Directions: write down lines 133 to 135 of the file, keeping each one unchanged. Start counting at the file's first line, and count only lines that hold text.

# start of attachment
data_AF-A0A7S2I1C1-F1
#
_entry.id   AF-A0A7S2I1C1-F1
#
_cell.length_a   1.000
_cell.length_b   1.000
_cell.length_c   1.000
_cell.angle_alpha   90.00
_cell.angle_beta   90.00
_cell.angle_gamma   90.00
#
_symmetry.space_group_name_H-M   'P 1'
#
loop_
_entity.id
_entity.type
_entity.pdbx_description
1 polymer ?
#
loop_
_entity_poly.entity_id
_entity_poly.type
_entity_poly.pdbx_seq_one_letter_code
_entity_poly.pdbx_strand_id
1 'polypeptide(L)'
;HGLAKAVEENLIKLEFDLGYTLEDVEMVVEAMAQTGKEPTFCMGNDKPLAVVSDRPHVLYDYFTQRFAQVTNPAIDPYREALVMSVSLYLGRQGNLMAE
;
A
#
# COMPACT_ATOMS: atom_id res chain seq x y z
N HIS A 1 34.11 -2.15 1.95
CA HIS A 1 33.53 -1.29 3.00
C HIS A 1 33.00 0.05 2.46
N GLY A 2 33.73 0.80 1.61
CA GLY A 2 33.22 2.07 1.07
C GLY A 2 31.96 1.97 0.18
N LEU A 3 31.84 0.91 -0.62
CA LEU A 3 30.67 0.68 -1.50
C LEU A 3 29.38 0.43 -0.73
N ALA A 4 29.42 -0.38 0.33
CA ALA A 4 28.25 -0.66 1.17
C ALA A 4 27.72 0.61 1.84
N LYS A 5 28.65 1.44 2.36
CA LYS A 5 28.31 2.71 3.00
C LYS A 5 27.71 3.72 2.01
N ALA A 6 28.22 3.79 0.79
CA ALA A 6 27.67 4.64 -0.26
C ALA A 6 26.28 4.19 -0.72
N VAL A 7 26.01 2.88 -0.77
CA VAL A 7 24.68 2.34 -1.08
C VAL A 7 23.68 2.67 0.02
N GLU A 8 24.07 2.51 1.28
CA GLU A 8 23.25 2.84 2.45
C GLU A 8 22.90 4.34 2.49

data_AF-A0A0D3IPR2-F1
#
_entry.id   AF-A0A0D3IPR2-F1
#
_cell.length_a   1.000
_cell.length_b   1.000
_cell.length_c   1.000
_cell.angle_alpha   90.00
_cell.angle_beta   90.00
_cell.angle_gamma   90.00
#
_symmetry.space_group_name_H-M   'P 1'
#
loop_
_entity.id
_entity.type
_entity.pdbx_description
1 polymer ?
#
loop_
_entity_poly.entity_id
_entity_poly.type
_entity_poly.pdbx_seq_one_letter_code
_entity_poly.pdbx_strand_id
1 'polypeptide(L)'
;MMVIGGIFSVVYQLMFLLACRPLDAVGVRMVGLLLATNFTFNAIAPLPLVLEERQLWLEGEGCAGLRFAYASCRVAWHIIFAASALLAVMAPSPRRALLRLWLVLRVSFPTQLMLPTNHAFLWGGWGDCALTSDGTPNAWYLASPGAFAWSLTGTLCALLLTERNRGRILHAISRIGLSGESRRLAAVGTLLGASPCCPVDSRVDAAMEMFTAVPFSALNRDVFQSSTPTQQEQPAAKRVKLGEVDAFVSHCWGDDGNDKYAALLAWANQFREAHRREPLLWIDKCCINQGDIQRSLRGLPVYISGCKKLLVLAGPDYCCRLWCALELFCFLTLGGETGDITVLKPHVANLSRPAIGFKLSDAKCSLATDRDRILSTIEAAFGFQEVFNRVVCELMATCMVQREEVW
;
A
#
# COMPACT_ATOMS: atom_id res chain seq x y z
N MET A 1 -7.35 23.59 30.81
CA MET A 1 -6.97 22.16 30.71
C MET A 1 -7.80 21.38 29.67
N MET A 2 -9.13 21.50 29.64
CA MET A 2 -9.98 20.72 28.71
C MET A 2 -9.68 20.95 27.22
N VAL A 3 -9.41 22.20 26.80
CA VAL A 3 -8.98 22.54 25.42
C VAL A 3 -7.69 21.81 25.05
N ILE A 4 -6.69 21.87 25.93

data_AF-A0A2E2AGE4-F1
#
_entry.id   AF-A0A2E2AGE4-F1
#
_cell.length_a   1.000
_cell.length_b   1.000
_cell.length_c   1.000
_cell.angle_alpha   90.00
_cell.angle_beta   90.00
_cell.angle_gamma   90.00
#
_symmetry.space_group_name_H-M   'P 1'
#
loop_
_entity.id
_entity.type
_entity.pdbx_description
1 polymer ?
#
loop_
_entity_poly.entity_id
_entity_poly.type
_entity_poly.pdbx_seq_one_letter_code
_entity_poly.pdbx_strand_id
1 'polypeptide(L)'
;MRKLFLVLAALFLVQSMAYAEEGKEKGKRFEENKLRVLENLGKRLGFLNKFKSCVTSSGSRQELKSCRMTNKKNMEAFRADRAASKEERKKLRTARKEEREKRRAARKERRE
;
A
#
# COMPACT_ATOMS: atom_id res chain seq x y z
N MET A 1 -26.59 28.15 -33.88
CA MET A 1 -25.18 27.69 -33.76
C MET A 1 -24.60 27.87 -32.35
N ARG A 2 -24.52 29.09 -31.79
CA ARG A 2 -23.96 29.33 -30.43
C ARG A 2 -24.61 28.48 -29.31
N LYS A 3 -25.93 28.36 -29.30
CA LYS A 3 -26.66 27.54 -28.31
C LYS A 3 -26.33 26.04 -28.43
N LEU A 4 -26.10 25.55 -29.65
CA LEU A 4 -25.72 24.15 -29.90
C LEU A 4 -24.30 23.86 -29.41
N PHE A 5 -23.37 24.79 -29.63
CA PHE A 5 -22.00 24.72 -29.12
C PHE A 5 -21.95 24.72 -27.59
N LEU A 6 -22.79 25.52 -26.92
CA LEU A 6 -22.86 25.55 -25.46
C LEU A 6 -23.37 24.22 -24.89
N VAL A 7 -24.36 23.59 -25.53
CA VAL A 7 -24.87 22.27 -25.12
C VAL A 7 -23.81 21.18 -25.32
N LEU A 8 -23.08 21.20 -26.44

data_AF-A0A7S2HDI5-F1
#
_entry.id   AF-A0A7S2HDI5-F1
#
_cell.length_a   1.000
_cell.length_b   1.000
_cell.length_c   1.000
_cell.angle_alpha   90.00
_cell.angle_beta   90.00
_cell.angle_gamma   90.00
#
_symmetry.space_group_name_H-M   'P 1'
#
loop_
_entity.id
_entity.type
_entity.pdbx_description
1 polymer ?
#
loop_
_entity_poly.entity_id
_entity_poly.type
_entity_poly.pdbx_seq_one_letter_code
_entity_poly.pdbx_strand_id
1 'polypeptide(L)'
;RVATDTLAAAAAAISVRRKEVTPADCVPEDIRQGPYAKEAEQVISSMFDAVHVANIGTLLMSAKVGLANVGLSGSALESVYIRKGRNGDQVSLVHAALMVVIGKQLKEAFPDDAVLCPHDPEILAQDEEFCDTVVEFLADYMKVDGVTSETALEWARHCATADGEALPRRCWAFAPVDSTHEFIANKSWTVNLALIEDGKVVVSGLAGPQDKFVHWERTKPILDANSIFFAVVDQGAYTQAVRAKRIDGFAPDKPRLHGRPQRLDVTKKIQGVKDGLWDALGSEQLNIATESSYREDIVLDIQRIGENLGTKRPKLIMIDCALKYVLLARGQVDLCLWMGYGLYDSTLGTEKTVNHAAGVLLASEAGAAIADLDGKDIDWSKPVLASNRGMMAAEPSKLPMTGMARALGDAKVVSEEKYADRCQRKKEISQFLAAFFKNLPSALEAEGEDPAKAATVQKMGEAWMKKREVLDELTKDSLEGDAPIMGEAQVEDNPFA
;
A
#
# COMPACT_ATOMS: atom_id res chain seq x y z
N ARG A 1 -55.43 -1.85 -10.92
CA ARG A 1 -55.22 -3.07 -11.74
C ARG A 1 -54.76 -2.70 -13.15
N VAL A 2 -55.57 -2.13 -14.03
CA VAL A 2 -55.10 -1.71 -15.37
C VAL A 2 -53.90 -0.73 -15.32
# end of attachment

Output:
C LYS A 3 -26.33 26.04 -28.43
N LEU A 4 -26.10 25.55 -29.65
CA LEU A 4 -25.72 24.15 -29.90